[quote=seabreeze_97]I keep seeing statements that it's cheaper to launch satellites than build land-based stations, but never see any references or links to such a cost analysis. Also, how long do the sats last, and how long have the land-based stations been in operation? Typical satellites last about 7-10 years. Ground stations last for decades, and don't require multi-million dollar space shots to upgrade or repair. Did anyone read the linked article on uses for Loran to deliver differential correction for GPS, which the euros have been doing for several years now?
Having GPS is a great by-product of a military investment, but there are no guarantees.
"The initial cost to deploy the NavStar GPS system was 10.5 billion dollars. Annual cost to keep the GPS system running is 400 million dollars. Cost for WAAS is 1 billion, while the cost for LAAS is 300 million.
The cost to operate the LORAN system annually is 28 million dollars. The Coast Guard is planning to invest 109 million dollars in February 2002 which will allow the system to operate through 2008."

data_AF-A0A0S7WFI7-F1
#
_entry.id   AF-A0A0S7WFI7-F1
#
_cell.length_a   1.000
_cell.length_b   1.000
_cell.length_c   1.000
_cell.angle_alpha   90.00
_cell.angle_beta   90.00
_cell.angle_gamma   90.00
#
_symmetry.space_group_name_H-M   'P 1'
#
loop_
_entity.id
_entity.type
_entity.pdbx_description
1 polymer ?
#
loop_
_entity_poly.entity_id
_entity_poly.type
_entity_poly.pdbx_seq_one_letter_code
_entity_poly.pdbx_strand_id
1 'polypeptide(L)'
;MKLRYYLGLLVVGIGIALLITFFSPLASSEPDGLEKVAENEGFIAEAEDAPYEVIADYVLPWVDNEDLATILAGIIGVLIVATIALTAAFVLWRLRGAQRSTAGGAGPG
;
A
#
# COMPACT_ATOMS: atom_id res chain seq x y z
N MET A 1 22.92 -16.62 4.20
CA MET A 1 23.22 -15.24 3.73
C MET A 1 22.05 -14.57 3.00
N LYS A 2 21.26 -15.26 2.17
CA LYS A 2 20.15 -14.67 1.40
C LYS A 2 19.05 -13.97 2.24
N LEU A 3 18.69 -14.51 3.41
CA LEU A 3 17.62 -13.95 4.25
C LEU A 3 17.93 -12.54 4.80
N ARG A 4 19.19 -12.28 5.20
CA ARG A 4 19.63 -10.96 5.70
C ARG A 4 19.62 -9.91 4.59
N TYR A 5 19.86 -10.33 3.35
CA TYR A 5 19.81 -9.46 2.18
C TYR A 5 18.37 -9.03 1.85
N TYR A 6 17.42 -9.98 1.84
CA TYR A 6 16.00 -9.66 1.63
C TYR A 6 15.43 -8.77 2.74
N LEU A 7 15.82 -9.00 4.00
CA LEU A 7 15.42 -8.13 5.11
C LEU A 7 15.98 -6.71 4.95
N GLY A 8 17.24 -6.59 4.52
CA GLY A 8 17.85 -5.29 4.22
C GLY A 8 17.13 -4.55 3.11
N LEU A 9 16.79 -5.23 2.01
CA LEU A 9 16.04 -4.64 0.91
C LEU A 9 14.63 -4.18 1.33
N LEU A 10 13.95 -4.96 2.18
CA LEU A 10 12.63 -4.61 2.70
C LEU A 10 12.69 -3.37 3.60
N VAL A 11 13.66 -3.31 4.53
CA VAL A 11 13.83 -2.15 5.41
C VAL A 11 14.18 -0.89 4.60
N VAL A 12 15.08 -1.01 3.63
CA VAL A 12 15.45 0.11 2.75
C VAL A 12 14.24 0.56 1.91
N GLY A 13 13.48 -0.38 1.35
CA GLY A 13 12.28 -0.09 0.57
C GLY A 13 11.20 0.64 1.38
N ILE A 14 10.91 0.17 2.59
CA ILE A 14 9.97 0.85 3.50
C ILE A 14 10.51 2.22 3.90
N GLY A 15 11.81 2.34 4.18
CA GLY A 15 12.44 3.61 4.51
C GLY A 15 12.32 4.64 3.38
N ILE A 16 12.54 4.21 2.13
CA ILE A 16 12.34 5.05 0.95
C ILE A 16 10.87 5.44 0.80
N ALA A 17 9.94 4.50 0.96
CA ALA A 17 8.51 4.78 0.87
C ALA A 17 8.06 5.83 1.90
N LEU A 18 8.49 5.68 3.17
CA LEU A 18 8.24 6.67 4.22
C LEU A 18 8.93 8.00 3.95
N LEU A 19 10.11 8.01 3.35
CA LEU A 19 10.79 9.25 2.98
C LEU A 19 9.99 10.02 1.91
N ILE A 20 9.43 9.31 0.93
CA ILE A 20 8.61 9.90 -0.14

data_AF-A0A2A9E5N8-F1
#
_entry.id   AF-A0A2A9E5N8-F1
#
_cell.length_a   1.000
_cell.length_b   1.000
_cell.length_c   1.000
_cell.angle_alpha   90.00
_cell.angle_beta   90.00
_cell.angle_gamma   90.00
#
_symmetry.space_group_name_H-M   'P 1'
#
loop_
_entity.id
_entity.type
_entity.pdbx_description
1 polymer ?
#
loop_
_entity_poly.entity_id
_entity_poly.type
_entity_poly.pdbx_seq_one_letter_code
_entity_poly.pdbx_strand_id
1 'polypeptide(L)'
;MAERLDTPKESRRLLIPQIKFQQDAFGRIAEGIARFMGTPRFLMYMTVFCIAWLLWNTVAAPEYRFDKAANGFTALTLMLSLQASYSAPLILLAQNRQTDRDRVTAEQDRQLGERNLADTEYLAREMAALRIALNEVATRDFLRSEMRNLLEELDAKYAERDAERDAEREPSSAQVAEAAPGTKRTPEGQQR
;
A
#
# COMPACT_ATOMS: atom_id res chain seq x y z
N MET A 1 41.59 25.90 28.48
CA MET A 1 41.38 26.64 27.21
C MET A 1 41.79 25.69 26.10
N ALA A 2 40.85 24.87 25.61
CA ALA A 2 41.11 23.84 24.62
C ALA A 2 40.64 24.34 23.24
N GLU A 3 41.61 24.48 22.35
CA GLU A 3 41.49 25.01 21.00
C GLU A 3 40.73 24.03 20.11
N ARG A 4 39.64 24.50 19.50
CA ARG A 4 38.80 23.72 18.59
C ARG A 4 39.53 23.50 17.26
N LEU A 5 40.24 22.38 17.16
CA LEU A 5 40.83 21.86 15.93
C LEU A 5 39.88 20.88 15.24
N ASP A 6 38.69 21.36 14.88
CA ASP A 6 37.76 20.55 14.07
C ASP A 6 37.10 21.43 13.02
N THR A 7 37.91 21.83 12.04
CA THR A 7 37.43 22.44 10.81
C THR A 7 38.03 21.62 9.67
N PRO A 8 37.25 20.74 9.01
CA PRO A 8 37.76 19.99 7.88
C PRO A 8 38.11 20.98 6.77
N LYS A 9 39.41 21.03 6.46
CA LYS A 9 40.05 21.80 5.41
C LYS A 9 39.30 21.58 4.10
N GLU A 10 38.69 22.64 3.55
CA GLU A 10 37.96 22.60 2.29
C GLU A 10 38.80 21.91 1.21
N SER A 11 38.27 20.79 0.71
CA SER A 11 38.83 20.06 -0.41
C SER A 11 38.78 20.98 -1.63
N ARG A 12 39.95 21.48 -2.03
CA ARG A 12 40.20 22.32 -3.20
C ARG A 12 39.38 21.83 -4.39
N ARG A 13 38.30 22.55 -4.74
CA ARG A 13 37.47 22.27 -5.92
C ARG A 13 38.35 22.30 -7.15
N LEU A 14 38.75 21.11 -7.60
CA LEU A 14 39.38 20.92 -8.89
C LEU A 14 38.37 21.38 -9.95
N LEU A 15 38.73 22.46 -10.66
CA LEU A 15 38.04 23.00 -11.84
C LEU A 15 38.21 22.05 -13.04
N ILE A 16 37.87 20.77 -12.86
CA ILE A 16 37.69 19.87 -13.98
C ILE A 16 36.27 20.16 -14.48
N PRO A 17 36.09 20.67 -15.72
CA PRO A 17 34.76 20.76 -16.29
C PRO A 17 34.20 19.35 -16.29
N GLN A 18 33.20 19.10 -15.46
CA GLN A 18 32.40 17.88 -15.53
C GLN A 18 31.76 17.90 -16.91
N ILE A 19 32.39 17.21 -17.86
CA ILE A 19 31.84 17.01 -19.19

Current GPS satellites are lasting up to 15 years. GPS is global, work out how many LORAN stations you would need to get global coverage and then try to get the same accuracy. There is one LORAN tower in Europe experimentally modified to transmit improved LORAN signals, it is not operational and you cannot buy a receiver that can use the signals Ė its experimental. There are already coast guard differential systems and augmentation systems like WAAS, if basic GPS is not good enough.
Successive US presidents have guaranteed GPS continuation to both IMO and ICAO, opening the path for them to formally adopt GPS use.
GPS paid for its development cost in taxes on export receiver sales in its first couple of years of public use. Itís actually a great US export success story that is still generating new jobs around the world.